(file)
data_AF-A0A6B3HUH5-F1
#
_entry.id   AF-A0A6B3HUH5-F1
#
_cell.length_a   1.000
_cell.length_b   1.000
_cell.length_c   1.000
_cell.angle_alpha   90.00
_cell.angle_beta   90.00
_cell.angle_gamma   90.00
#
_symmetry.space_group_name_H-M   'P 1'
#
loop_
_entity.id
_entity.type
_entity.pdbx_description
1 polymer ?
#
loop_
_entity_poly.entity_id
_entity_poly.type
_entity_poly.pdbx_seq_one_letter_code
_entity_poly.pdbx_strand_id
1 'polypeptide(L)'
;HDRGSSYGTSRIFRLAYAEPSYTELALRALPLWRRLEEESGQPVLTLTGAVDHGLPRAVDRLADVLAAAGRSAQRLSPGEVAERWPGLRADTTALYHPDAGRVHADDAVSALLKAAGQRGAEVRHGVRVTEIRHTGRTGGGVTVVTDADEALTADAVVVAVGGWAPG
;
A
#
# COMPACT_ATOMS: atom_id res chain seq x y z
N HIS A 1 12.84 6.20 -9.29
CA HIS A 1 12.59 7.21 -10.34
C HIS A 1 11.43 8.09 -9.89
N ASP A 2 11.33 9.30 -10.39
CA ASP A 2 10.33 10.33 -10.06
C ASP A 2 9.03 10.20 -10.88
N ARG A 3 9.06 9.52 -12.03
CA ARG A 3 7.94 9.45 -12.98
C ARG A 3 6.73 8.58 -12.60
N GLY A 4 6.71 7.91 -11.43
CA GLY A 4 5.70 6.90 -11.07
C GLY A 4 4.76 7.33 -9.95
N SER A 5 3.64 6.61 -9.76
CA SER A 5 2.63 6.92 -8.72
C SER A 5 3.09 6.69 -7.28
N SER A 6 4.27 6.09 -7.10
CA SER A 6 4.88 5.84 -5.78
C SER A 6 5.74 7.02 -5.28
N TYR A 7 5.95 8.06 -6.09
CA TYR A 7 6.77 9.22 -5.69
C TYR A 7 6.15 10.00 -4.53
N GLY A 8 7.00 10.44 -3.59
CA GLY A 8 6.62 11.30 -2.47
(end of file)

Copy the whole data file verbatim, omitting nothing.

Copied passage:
data_AF-A0A6B3HUH5-F1
#
_entry.id   AF-A0A6B3HUH5-F1
#
_cell.length_a   1.000
_cell.length_b   1.000
_cell.length_c   1.000
_cell.angle_alpha   90.00
_cell.angle_beta   90.00
_cell.angle_gamma   90.00
#
_symmetry.space_group_name_H-M   'P 1'
#
loop_
_entity.id
_entity.type
_entity.pdbx_description
1 polymer ?
#
loop_
_entity_poly.entity_id
_entity_poly.type
_entity_poly.pdbx_seq_one_letter_code
_entity_poly.pdbx_strand_id
1 'polypeptide(L)'
;HDRGSSYGTSRIFRLAYAEPSYTELALRALPLWRRLEEESGQPVLTLTGAVDHGLPRAVDRLADVLAAAGRSAQRLSPGEVAERWPGLRADTTALYHPDAGRVHADDAVSALLKAAGQRGAEVRHGVRVTEIRHTGRTGGGVTVVTDADEALTADAVVVAVGGWAPG
;
A
#
# COMPACT_ATOMS: atom_id res chain seq x y z
N HIS A 1 12.84 6.20 -9.29
CA HIS A 1 12.59 7.21 -10.34
C HIS A 1 11.43 8.09 -9.89
N ASP A 2 11.33 9.30 -10.39
CA ASP A 2 10.33 10.33 -10.06
C ASP A 2 9.03 10.20 -10.88
N ARG A 3 9.06 9.52 -12.03
CA ARG A 3 7.94 9.45 -12.98
C ARG A 3 6.73 8.58 -12.60
N GLY A 4 6.71 7.91 -11.43
CA GLY A 4 5.70 6.90 -11.07
C GLY A 4 4.76 7.33 -9.95
N SER A 5 3.64 6.61 -9.76
CA SER A 5 2.63 6.92 -8.72
C SER A 5 3.09 6.69 -7.28
N SER A 6 4.27 6.09 -7.10
CA SER A 6 4.88 5.84 -5.78
C SER A 6 5.74 7.02 -5.28
N TYR A 7 5.95 8.06 -6.09
CA TYR A 7 6.77 9.22 -5.69
C TYR A 7 6.15 10.00 -4.53
N GLY A 8 7.00 10.44 -3.59
CA GLY A 8 6.62 11.30 -2.47